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Britain, Empire and the Making of a Globalized World, 1688-1914 - MHIS217

Over the course of the eighteenth and nineteenth centuries, Britain transformed the world. Beginning with the Glorious Revolution of 1688, this period saw the rise of Britain from a relatively weak position on the margins of Europe to the centre of the largest and most influential empire in the modern world. This unit will consider how the British Empire functioned as a carrier of modernity around the globe over two hundred years. It will look at Britain’s rise to power through trade; its establishment of settlements in the Americas, with its attendant institutionalization of both slavery and a rhetoric of liberty; and the crumbling of British Atlantic holdings in revolution by 1776. It also looks at British renewal in the Indo-Pacific region, alongside growing calls at home for liberal political reform. The unit will briefly survey the relatively rapid unravelling of the Empire through the twentieth century. Throughout we will investigate the nature of resistance to empire. The unit will appeal especially to students of European history and postcolonial studies.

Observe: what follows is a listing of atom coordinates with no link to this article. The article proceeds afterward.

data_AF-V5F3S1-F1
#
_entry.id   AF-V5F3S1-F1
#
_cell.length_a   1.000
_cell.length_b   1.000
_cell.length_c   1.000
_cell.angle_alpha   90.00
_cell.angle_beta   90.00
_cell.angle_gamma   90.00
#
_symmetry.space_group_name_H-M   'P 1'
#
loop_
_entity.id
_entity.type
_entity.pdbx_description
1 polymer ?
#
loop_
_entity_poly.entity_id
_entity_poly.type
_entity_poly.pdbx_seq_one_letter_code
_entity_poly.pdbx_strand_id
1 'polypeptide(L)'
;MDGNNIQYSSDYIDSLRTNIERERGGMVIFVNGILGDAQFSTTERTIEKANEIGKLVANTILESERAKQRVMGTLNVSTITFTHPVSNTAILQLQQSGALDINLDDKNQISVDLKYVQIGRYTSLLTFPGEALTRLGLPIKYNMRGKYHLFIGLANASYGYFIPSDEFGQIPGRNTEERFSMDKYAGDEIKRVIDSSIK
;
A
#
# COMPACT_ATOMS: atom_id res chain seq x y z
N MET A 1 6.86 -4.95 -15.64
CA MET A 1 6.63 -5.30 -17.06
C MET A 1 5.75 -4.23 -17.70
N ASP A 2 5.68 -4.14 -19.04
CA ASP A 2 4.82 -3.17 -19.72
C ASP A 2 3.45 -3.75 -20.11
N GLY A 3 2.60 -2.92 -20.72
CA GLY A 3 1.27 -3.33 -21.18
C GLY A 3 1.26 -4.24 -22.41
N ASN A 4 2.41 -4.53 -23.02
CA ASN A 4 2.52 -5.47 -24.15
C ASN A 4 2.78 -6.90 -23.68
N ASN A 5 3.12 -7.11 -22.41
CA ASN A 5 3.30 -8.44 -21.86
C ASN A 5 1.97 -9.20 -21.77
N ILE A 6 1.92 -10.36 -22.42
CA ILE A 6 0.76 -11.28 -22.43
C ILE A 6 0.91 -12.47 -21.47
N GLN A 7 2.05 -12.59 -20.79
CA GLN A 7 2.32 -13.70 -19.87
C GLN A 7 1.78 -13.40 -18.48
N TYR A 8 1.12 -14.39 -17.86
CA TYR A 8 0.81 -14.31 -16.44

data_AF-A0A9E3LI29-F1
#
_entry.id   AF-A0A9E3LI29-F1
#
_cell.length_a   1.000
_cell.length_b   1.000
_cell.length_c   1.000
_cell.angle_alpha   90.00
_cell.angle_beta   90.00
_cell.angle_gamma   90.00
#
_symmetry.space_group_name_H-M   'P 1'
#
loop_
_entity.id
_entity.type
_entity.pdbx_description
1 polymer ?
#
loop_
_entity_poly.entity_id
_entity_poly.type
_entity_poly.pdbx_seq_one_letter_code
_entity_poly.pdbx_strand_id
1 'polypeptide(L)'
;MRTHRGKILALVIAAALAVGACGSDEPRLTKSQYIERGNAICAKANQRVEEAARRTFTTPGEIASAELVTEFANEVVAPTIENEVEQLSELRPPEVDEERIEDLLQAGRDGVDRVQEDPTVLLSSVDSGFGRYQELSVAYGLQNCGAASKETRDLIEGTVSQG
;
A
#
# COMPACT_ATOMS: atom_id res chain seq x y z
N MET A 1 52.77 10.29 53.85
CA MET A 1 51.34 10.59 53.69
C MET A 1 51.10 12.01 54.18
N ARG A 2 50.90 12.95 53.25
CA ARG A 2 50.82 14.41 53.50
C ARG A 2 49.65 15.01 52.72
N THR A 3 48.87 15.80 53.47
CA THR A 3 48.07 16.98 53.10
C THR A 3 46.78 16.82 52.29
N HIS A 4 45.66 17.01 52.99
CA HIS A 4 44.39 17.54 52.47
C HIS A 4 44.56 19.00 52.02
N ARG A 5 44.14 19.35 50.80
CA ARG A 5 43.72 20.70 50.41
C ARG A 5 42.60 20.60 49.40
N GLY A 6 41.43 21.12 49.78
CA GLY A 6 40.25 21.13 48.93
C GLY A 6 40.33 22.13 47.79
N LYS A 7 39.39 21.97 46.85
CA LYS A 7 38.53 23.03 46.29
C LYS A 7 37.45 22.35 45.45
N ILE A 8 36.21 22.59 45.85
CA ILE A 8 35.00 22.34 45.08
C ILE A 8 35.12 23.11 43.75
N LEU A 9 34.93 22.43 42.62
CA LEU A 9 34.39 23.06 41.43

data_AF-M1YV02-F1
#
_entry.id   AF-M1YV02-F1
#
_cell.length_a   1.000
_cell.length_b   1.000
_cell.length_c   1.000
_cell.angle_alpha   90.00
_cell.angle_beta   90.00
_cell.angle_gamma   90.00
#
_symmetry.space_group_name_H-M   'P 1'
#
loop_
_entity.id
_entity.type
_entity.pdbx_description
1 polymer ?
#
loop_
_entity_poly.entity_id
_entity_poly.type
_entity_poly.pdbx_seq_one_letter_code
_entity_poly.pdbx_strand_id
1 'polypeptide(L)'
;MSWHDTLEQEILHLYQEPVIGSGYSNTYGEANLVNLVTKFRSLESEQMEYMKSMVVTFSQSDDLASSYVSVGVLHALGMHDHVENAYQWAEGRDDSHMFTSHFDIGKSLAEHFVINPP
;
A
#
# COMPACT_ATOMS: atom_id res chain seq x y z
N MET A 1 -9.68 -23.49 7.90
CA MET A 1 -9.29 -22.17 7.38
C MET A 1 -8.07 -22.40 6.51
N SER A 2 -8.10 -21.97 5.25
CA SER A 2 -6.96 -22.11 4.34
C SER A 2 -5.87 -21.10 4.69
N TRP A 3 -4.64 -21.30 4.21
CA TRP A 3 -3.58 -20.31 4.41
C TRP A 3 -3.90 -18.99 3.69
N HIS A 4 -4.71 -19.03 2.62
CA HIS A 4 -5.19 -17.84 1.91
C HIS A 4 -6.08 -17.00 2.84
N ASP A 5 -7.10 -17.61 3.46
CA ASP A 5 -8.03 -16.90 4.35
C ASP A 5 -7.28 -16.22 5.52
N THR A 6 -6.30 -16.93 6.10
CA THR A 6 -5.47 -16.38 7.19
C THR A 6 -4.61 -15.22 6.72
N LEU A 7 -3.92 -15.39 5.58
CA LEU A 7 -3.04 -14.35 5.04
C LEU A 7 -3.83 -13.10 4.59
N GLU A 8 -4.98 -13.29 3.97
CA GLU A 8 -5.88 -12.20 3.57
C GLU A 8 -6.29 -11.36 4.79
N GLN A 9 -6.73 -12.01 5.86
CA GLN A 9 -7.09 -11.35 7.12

Credit Points: 3
When Offered:

2018 - Next offered in 2018

Staff Contact(s): Dr Kate Fullagar

12cp at 100 level or above or (3cp in HIST or MHIS or POL units) Prerequisite Information


NCCW(s): HIST217
Unit Designation(s):
Unit Type:
Assessed As: Graded
Offered By:

Department of Modern History, Politics and International Relations

Faculty of Arts

Course structures, including unit offerings, are subject to change.
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